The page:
The Get-SPContentDatabase cmdlet has a -ConnectAsUnattachedDatabase parameter which gives you a reference to an unattached content database.

Once you have the database reference, you can use the Get-SPSite cmdlet to get your site reference from that database.

From there on, you need the web and the list where the document is stored and offcourse, the document name. With all of this information, you can get a reference to the document item in the database. Only thing left to do is to extract this item as a document.

I combined everything into one convenient script which takes a number of parameters and get you the item from the database.

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Export/Import the SharePoint Root Authority Certificate using PowerShell

Installing SharePoint is mostly a repetitive process with lots of small tweaks and actions. One of those small actions you need to do after adding a server into a SharePoint farm, is adding the “SharePoint Root Authority” Certificate to the Trusted Root Certification Authorities store of the server. You would think this happens automatically during the configuration process. Well, no.

The result is that when you add a server to an existing farm, or you create a new farm, SharePoint will add 3 certificates to the “SharePoint” certificate store on the server.


All of these certificates will have a status: “The issuer of this certificate could not be found”.


Is this a big problem? Does it break SharePoint? Well, no. SharePoint will work happily without it, but users can experience delays when logging into a site, performing a search and even experience HTTP timeouts when doing these things.

The reason is that since the certificate chain is not complete, the CRL (Certificate Revocation List) check is done over the internet. If the CRL server cannot be contacted (let’s say, due to the isolation of the server from the internet), the operation will time out after 15 seconds and the rendering of the page will happen after those 15 seconds. At the same time, 2 events are logged in the eventlog, which can be found in the CAPI2 eventlog. You need to enable the CAPI2 event logging first to see them.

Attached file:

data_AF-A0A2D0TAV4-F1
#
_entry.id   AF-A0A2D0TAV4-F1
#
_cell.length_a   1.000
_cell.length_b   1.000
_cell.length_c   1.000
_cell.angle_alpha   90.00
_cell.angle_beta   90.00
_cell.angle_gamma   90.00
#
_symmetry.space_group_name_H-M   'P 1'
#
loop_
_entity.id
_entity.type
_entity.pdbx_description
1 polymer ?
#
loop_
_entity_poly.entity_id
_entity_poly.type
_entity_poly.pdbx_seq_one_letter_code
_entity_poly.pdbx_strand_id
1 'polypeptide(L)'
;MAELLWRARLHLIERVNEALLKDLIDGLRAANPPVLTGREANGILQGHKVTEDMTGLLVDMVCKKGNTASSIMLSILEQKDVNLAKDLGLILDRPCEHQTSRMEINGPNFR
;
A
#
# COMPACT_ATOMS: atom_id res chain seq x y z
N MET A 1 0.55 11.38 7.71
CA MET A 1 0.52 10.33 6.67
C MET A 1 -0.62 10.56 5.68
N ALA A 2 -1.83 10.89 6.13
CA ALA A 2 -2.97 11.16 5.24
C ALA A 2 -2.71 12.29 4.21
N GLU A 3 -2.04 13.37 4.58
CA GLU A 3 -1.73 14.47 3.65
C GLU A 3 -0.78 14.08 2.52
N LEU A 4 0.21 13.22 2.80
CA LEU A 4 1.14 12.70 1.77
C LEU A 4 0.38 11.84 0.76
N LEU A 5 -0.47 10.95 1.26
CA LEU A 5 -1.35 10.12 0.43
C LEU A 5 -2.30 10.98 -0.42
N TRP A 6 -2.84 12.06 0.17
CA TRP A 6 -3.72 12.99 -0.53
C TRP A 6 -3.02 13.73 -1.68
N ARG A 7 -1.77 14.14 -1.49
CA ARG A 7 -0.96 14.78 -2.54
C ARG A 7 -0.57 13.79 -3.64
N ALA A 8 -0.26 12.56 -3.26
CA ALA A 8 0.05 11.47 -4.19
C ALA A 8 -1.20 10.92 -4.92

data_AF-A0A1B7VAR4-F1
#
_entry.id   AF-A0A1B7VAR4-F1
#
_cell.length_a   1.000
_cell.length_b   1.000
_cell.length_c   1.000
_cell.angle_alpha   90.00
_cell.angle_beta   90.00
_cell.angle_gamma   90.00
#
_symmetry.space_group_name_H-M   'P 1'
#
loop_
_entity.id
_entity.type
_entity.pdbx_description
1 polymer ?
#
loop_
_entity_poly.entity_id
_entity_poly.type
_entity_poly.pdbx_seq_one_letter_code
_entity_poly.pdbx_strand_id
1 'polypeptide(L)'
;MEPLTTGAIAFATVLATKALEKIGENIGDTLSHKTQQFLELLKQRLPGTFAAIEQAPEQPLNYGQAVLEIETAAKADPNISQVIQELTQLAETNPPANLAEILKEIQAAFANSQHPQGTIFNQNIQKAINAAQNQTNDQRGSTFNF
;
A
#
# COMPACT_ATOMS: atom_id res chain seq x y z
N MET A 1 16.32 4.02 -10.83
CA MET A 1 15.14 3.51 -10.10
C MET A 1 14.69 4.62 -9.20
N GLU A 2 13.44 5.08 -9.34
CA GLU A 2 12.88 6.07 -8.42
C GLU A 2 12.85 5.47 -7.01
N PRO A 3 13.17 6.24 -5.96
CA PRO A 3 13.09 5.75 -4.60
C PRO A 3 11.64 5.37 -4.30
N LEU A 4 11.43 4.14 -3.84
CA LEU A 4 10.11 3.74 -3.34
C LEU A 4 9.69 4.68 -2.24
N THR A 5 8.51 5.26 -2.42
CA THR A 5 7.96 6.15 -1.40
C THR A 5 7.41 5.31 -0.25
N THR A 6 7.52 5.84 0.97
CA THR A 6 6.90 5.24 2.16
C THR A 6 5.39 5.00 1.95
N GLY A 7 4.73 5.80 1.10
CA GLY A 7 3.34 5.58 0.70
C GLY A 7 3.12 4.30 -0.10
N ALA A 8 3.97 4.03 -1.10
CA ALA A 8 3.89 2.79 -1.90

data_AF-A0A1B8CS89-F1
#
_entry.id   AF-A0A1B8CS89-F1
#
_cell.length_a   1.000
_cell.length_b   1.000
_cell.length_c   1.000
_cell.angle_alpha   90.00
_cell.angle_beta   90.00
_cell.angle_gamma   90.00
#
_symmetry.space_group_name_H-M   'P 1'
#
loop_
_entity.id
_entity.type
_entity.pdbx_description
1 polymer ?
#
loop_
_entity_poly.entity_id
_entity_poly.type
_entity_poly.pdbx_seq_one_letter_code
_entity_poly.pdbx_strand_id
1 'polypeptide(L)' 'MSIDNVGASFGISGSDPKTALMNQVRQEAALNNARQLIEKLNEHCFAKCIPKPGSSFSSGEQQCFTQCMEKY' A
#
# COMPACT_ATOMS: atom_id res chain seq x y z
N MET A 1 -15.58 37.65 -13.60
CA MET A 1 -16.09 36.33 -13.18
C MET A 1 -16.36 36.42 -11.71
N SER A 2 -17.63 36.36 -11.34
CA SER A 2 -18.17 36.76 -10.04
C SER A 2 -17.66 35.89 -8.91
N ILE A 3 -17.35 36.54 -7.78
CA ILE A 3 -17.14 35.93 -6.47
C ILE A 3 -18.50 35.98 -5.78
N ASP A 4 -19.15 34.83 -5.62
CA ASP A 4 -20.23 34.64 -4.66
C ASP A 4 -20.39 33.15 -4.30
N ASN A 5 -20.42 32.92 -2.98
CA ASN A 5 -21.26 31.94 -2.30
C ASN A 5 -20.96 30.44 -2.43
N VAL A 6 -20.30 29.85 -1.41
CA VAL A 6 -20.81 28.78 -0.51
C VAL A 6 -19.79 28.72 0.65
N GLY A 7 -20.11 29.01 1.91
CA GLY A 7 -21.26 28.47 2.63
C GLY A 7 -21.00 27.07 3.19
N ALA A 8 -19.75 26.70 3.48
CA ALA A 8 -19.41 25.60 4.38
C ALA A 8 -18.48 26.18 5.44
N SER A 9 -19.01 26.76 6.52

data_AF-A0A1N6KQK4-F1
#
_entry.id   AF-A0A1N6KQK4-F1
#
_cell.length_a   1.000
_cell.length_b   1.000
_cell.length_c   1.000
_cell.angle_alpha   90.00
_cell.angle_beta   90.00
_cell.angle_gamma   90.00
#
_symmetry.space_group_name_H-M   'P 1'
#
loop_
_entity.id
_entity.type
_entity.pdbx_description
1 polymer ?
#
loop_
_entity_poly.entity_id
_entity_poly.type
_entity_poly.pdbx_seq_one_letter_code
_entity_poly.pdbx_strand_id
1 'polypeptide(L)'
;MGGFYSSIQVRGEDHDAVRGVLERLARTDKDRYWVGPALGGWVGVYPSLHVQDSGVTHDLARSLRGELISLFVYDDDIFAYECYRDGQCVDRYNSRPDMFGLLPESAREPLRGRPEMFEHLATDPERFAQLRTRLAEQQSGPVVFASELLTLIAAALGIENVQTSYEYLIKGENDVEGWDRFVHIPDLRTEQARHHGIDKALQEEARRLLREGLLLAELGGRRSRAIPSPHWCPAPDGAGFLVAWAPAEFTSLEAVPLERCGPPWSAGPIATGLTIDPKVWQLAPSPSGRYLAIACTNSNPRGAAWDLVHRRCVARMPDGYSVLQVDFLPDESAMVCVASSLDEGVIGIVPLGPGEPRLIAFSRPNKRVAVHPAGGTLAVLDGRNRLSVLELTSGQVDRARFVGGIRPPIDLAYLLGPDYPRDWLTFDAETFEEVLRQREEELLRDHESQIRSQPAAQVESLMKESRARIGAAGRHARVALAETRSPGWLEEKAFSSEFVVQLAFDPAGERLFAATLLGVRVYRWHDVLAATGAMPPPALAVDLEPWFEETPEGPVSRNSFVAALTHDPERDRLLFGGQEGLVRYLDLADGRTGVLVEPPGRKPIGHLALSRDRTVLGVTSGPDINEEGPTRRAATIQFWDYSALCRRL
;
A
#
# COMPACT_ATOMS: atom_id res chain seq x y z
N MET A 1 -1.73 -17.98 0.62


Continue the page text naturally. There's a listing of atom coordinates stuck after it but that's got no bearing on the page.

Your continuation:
This behaviour is well documented in KB2625048. This article is for SharePoint 2010, but it’s also valid for SharePoint 2013 and it provides 2 workarounds.

To fix this, 2 actions are required:
– Export the SharePoint Root Authority certificate from SharePoint
– Import it into the local certificate store

These tasks are outlined in the KB article but because it involves point and click, wizard style… I created a small script for this task, just because I can! And I really hate doing these kind of things every time again. It costs time, it costs money, and it’s so much more fun creating scripts to make you more efficient in what you do.

SharePoint 2013 Trial License – License Upgrade FAIL

I consider myself as someone who knows a lot of SharePoint. I don’t know everything and I’m learning new things every day. Which is good because this motivates me. One of those things I learned (the hard way) in the last couple of weeks is about licensing and the consequence of using a SharePoint TRIAL license. Let me elaborate a bit on this.

Last year, I installed 2 SharePoint farms at a client. When you install SharePoint, the first thing you need to provide, is the license key. Because nobody was able to provide me the key at that time, I used a trial key which is valid for 180 days. You can get this key over here.

A few weeks ago, I was notified that a Microsoft audit was on the way concerning licensing and they ran the Microsoft Assessment and Planning Toolkit to have an overview of the licenses. The result was that all involved SharePoint servers were identified as ENTERPRISE servers. This was a problem since they don’t have Enterprise licenses and were expecting Standard servers.

I was convinced I never activated any Enterprise features in both environments and ran some PowerShell scripts to see on all kind of levels if Enterprise features were active and to my surprise, they were activated on all sites. Since none of those features are used, I proceeded to deactivate all of them.

The report was created again… still Enterprise servers.

Then I remembered that I used a trial key and the Upgrade License page in Central Administration allows you to see the current license and replace that license with a different license.